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Confidentiality, Anti-Discriminatory Practice Assignment Sample

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Confidentiality, Anti-Discriminatory Practice Assignment Sample


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The concept of 'privacy' and 'confidentiality' is critical to the interaction in a health care setting. When the health care provider and his patients have a realistic expectation of confidence in one another, a trusting relationship is formed. A person is entitled to privacy. Protecting a patient's privacy while keeping their medical information private is an important part of privacy. When a patient's confidential medical information is released to an unauthorized third party, the patient has the right to initiate legal action against the unauthorized third-party Snelling and Quick, 2022). Confidentiality, on the other hand, only pertains to the information itself. People have a right to have their medical information kept a secret between them and their caregivers. It's a way to have more security. An important component of personal concern for the patient and an essential condition for open communication between patients and healthcare professionals is the confidentiality of the person's information Snelling and Quick, 2022). This essay will form a comprehensive discussion on the subject to illustrate the aspects of confidentiality in the context of health and care settings.

Summarization of the Legislative Structure

Since confidentiality in health and social care enables clients to have trust that they may disclose information, this can be incredibly crucial in ensuring that they receive the treatment they require (Bani Issa et al., 2020).  As a result, medical experts and caretakers must maintain patient anonymity in order to effectively carry out their duties.

Legal frameworks

The common law obligation of secrecy is based on the idea of confidentiality, which is drawn from the common law. People are more likely to speak out about problems and concerns when they know they can do so in confidence.

Human Right Act (HRA)

To guarantee that individual human rights are maintained and safeguarded in the UK, the government has the Human Rights Act (HRA) (George and Bhila, 2019). It incorporates the 16 human rights principles outlined in the European Convention on Human Rights into domestic legislation. These rights guarantee that everyone is treated equally, fairly, and with regard. As part of the Human Rights Act, public entities (as well as those providing a "function of public character") have a legal obligation to ensure that human rights are upheld throughout all of their activities and decisions (Middleman, Olson and Blake, 2017). According to these principles, Human rights must be respected as a moral imperative, the obligation to safeguard people's rights.  Any action made by a public authority, particularly those in health and social care, must uphold and protect human rights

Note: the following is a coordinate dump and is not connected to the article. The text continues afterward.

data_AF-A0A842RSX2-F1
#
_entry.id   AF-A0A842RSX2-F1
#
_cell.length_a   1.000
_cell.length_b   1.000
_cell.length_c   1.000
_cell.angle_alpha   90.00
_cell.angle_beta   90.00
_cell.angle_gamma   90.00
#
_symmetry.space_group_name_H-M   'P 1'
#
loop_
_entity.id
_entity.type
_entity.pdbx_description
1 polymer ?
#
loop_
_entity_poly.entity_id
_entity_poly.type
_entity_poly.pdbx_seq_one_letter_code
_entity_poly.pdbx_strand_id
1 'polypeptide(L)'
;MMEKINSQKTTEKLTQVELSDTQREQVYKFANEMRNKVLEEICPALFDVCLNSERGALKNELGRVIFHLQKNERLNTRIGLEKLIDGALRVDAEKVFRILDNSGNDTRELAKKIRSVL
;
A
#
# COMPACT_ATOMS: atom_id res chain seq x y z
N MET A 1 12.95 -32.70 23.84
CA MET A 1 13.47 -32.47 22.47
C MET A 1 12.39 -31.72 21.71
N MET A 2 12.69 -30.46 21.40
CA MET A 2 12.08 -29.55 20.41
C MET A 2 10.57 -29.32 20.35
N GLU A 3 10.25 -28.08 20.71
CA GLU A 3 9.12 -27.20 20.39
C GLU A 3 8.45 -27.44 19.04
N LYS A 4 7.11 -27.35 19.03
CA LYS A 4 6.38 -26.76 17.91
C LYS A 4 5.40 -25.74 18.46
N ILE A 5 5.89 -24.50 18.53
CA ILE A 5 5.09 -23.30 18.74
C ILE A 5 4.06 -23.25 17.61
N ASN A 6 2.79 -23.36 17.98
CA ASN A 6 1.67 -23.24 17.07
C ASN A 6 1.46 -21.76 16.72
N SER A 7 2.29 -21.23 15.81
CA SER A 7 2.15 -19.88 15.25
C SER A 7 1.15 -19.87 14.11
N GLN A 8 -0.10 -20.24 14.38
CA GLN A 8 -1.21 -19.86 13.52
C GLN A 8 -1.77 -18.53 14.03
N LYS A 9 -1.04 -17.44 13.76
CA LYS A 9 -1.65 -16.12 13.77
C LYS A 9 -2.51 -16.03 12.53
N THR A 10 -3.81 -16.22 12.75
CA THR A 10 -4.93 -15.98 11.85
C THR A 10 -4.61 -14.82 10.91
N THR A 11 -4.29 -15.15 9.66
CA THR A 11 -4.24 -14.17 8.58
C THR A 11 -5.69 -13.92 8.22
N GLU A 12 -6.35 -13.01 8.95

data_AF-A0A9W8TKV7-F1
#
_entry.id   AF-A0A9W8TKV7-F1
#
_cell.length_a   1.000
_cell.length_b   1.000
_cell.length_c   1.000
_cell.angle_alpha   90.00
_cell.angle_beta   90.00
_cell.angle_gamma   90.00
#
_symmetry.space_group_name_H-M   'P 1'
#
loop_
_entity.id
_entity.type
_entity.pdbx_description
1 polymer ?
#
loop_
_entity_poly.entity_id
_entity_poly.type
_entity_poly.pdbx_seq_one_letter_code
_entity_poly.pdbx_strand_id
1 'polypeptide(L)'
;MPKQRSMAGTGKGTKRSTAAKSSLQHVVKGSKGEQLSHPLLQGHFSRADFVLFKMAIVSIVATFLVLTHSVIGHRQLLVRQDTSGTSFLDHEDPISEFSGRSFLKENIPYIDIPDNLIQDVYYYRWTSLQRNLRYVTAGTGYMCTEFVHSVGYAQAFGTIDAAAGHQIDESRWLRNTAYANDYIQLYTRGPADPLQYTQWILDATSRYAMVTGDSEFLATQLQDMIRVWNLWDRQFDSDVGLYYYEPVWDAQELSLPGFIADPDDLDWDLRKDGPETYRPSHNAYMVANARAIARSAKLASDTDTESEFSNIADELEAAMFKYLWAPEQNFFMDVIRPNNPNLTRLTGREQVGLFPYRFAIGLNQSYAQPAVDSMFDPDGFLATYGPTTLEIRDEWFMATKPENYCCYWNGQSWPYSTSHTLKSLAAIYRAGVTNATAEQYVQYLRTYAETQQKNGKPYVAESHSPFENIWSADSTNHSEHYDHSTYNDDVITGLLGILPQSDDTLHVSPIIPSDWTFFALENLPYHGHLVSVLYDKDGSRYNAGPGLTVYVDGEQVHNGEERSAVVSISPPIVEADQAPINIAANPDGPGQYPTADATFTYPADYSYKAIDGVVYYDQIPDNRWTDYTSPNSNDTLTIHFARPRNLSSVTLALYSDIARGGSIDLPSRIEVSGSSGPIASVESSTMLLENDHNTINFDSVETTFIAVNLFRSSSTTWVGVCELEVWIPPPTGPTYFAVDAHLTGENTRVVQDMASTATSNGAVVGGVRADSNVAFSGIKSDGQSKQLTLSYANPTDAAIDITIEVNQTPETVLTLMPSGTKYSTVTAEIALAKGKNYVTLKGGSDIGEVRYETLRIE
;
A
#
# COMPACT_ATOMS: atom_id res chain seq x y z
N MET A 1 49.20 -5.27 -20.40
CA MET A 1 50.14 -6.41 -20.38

The Human Rights Act (HRA) serves as a basic statute in the United Kingdom. On paper and in fact, this implies that all other UK legislation must be in accordance with the HRA. In the United Kingdom, this includes laws governing health and social services, such as the "Social Services and Well-Being (Wales) Act 2014" in Wales, the "Care Act 2014" in England, etc.

Care Act of 2014

Under the Care Act of 2014, the following are the fundamental principles. Vulnerable individuals should be protected using a person-centred approach, according to the Care Act 2014 (Matiti, 2020). The sensitive person's well-being and requirements are at the centre of safeguarding procedures while following the principles. When dealing with safety issues and plans of care, the immediate relatives can assist the providers in including care plans and privacy issues to reach choices in the best interest of the client. 

Health and Social Care (Safety and Quality) Act 2015

Legislation enacted in 2015 mandates the sharing of patient information across health and human service agencies in order to improve the quality of treatment provided to a person (Anka et al., 2017). An explanation of this legislation's requirements is provided in this framework and the evidence is simple: Individuals' information must be shared in involvement with their loved ones, according to their choices and p

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